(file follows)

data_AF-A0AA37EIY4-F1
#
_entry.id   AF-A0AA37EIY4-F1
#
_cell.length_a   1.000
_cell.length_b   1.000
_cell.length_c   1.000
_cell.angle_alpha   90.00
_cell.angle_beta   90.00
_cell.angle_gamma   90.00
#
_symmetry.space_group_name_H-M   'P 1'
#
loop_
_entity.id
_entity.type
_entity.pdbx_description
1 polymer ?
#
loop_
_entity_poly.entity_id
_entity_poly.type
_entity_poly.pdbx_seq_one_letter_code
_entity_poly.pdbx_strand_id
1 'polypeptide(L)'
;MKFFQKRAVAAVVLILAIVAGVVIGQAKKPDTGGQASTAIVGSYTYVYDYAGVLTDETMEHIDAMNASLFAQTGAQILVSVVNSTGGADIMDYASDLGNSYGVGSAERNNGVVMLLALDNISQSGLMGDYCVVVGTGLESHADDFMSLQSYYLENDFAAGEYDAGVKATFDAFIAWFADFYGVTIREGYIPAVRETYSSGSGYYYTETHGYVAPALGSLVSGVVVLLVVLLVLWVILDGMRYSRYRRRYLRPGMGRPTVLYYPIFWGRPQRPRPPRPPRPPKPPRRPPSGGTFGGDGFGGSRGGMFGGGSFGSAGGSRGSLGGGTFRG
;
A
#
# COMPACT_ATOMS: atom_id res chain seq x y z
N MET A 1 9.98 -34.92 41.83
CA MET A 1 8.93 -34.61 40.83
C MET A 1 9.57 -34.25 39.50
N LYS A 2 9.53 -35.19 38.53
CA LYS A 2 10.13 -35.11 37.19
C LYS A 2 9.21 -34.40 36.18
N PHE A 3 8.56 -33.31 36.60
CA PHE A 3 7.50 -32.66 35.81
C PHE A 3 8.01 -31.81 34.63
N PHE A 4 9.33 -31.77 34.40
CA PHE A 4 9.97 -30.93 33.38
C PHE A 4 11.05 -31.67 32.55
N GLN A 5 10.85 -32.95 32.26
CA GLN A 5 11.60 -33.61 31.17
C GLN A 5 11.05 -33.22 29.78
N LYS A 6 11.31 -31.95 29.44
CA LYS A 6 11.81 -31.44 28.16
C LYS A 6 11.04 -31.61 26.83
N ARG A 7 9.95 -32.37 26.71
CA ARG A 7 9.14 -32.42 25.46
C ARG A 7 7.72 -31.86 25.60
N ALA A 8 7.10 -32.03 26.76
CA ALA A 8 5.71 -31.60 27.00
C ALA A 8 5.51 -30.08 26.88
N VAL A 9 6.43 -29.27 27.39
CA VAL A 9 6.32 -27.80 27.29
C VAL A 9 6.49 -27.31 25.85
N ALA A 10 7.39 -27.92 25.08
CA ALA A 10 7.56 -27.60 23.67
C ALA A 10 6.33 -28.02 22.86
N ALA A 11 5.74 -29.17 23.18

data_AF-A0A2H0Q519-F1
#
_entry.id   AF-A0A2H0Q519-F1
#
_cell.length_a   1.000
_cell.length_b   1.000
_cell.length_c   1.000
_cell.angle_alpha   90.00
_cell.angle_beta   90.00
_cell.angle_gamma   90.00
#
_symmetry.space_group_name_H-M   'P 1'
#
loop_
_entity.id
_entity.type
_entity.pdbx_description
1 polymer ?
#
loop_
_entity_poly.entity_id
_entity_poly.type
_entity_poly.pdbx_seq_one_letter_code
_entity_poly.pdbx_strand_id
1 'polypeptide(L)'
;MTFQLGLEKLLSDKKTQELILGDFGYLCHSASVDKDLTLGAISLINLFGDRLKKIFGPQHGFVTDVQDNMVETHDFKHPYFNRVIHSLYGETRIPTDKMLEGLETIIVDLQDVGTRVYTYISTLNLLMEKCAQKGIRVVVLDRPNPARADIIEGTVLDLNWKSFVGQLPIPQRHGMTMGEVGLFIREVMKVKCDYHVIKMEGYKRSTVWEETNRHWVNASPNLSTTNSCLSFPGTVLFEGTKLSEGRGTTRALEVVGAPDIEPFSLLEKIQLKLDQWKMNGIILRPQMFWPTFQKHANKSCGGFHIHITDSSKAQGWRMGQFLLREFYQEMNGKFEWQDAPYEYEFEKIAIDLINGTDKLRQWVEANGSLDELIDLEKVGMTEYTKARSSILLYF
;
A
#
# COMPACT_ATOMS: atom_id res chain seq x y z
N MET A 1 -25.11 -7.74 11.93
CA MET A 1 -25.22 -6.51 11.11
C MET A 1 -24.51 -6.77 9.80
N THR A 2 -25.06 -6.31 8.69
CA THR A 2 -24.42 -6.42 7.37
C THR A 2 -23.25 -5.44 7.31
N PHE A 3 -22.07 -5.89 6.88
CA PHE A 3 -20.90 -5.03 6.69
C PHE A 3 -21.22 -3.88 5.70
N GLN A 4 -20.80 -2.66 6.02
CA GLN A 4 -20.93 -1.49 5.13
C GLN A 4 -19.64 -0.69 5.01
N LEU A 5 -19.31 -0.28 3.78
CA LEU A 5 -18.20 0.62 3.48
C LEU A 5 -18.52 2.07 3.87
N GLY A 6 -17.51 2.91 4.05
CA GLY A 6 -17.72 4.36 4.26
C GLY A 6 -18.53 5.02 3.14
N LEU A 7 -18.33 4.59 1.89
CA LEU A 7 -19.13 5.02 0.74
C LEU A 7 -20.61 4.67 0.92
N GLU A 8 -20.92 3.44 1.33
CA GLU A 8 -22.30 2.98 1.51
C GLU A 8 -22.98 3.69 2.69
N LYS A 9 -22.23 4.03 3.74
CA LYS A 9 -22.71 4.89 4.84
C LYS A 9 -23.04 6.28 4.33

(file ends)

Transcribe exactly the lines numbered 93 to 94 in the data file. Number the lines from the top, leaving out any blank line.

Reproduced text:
CA MET A 1 -25.22 -6.51 11.11
C MET A 1 -24.51 -6.77 9.80